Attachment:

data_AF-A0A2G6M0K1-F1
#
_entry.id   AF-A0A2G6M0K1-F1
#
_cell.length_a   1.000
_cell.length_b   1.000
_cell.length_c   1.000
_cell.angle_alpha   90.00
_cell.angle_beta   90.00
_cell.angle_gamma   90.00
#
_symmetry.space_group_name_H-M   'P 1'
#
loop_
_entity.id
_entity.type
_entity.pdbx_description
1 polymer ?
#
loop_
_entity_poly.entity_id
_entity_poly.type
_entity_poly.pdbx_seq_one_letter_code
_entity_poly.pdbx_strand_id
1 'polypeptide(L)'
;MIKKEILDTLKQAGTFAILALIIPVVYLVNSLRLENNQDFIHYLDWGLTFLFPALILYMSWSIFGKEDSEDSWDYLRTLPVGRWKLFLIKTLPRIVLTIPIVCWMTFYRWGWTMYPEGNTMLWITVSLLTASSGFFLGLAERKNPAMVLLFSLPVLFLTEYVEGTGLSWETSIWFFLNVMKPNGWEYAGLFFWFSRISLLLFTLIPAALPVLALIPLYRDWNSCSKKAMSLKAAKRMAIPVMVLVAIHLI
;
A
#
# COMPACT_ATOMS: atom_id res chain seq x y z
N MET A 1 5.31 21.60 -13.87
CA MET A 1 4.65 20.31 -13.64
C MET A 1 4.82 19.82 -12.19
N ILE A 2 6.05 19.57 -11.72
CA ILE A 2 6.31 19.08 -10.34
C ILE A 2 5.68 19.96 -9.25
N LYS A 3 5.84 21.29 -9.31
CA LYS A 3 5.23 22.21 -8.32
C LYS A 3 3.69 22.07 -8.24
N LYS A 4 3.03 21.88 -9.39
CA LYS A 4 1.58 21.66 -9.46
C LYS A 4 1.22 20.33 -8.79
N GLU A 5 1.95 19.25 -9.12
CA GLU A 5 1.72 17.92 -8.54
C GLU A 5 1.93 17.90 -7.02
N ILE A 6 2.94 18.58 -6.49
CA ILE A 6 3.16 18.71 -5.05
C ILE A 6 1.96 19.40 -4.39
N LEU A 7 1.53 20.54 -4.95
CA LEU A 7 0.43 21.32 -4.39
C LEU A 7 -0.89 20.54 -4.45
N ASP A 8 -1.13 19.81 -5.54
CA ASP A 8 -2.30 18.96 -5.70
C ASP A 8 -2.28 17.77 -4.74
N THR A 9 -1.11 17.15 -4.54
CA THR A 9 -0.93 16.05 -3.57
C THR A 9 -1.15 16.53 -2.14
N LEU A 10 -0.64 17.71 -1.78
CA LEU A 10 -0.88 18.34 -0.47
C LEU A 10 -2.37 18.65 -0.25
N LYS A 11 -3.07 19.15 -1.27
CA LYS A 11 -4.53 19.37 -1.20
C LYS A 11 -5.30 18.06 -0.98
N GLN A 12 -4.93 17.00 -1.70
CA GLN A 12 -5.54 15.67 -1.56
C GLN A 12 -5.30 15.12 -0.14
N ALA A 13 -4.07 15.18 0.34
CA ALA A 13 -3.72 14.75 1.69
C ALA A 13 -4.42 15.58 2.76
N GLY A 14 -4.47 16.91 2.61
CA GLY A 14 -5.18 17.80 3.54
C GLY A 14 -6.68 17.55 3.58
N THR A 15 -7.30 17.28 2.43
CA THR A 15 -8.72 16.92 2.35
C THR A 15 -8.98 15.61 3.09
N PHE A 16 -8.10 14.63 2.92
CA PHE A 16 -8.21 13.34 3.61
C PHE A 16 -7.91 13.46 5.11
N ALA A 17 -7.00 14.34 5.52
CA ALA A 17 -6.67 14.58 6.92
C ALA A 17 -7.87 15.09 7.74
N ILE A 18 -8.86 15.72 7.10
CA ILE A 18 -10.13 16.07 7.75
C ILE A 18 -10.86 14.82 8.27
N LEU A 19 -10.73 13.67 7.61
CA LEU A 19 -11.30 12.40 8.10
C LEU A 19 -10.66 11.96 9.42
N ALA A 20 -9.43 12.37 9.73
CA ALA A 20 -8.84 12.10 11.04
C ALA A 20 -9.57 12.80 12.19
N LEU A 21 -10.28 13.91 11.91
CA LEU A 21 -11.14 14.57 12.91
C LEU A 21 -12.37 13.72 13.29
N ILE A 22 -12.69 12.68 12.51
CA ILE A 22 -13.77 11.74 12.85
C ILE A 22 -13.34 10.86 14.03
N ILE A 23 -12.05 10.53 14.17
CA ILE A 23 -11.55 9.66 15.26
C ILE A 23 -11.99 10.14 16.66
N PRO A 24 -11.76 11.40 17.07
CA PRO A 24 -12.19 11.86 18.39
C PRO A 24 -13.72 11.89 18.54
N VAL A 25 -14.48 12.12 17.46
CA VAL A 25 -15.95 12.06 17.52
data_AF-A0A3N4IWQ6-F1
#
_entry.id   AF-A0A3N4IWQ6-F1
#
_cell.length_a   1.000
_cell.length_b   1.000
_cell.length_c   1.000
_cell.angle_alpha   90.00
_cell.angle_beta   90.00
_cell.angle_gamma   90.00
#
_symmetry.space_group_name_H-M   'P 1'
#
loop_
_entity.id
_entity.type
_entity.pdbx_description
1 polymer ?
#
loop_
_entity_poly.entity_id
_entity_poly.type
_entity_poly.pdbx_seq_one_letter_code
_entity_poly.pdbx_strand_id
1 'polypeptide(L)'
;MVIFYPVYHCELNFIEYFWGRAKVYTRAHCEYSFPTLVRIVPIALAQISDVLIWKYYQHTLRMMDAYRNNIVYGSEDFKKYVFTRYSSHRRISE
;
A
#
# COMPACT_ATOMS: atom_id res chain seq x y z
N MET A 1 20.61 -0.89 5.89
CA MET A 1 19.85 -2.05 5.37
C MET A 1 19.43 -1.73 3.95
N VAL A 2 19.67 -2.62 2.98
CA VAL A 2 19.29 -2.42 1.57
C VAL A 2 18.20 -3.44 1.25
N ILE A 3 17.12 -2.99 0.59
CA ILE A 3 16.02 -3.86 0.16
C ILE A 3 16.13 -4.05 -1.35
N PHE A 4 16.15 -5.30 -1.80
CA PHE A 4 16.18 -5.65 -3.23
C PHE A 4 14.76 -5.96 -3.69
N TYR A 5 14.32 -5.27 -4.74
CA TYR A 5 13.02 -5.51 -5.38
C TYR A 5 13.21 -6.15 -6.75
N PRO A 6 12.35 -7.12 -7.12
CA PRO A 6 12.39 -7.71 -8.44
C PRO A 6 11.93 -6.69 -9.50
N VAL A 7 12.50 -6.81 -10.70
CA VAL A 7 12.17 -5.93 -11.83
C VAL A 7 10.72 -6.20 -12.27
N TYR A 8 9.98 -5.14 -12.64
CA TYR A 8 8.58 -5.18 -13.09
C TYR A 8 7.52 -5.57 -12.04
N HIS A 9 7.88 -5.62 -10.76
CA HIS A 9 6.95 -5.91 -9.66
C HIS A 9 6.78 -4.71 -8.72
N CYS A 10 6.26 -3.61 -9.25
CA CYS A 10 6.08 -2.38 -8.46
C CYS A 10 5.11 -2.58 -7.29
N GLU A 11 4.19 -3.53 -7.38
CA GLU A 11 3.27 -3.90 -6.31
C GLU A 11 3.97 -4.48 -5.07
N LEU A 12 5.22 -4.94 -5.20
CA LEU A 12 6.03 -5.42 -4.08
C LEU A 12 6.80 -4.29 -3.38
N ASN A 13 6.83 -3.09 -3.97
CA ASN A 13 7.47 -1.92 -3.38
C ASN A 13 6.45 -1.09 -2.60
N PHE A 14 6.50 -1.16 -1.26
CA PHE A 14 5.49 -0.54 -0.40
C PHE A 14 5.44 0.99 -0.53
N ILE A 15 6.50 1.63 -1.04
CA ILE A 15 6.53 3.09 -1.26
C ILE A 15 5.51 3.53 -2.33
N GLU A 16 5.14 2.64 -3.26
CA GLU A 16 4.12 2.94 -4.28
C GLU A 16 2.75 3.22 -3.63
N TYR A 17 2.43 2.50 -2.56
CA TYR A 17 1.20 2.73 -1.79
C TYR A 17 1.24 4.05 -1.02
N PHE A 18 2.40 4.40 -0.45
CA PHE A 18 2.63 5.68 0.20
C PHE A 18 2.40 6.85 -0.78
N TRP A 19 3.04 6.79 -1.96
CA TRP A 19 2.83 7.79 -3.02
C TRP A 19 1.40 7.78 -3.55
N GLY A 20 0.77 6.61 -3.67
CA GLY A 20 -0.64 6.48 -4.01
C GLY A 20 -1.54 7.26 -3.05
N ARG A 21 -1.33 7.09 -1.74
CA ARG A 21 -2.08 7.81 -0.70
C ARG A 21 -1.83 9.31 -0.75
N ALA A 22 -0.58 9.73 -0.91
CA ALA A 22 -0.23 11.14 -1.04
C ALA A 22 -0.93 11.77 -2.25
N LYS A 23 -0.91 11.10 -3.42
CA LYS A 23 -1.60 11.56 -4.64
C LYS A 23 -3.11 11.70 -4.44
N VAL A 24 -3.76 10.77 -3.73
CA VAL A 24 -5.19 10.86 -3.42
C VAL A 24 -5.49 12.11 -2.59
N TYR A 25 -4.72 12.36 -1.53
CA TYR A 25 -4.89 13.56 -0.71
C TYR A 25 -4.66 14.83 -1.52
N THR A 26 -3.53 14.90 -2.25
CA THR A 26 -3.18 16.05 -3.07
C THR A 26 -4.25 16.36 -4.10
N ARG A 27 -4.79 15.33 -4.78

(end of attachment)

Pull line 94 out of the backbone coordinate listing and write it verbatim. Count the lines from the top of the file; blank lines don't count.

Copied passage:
N ILE A 22 -12.69 12.68 12.51